Girl With a Pearl Earring by Tracy Chevalier
Girl with a Pearl Earring centers on Vermeer's prosperous Delft household during the 1660s. When Griet, the novel's quietly perceptive heroine, is hired as a servant, turmoil follows. First, the 16-year-old narrator becomes increasingly intimate with her master. Then Vermeer employs her as his assistant--and ultimately has Griet sit for him as a model.
The Girl With the Pearl Earring has anonymously looked over her shoulder at us for over three hundred years. She has never had a name, and has never been identified. Her mystery is in her dark setting, in her exotic head wrap, and, ultimately, in that look in her eyes. She's looking at someone, almost with an expectancy. Chevalier has not only taken her, named her, and given her a life all of her own, but has also created the very real possibility that Vermeer painted one of the maids in his household.
This account is well-crafted in it's simplistic, innocent narrative, reflective of Griet's place in the world. Historical social customs and ways of life never tire me, and I was completely taken in by Griet's need to provide for her family, her introduction to the ways of household she was employed, and even (though heartbreakingly) the spread of plague in the area. I have always been utterly enthralled at how the ways we behave towards each other change immeasurably with the passing of the years, and Chevalier has only piqued my curiosity for the Netherlands in the seventeenth century.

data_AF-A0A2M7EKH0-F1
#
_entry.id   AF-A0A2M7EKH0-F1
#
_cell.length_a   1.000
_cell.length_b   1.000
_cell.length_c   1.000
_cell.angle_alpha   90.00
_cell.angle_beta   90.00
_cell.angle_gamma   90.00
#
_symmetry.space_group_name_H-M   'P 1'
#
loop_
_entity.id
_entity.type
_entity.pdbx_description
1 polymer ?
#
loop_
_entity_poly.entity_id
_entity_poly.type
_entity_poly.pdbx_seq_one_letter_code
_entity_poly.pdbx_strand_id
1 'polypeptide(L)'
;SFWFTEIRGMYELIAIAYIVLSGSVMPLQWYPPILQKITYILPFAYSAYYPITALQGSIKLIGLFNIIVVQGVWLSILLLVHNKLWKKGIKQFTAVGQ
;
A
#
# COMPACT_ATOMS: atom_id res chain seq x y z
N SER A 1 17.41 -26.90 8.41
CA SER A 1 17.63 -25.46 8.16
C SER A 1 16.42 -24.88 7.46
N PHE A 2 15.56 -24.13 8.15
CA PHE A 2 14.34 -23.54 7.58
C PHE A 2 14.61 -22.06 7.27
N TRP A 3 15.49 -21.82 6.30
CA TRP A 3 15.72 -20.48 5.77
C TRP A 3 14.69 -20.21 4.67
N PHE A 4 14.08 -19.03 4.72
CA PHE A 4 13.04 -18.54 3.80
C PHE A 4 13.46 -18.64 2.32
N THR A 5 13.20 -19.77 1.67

The descriptions of Holland in the 1600s were nothing less than wonderful. The canals, the markets, the clothes; all were depicted to create an appreciation and understanding of the time and place we'd found ourselves in. Her words are masterful in their evocation of the senses; touch and smell were particularly prevalent, and gorgeous to hold on to.
Griet's relationship with her master was hugely different from what I had expected. Although there's secrecy and tension, there's a distinct lack of romance, and that's a very important factor. Chevalier gives us a clever girl, a worrier, a thinker; Vermeer is shown in shadow, his thoughts a complete mystery - he's even only ever referred to by pronouns - and this was the most impactful part of the novel. He cared for her, but whether or not he was in love with her neither we, nor Griet, will ever know. It's careful treading by the author, but also a courageous refusal to fall into the romance trap; I respected her so much for this.
Ultimately, I'm grateful this captivating girl has been given a story. However fictionalised it is, it's a beautiful one I won't forget for some time. Absolutely gorgeous.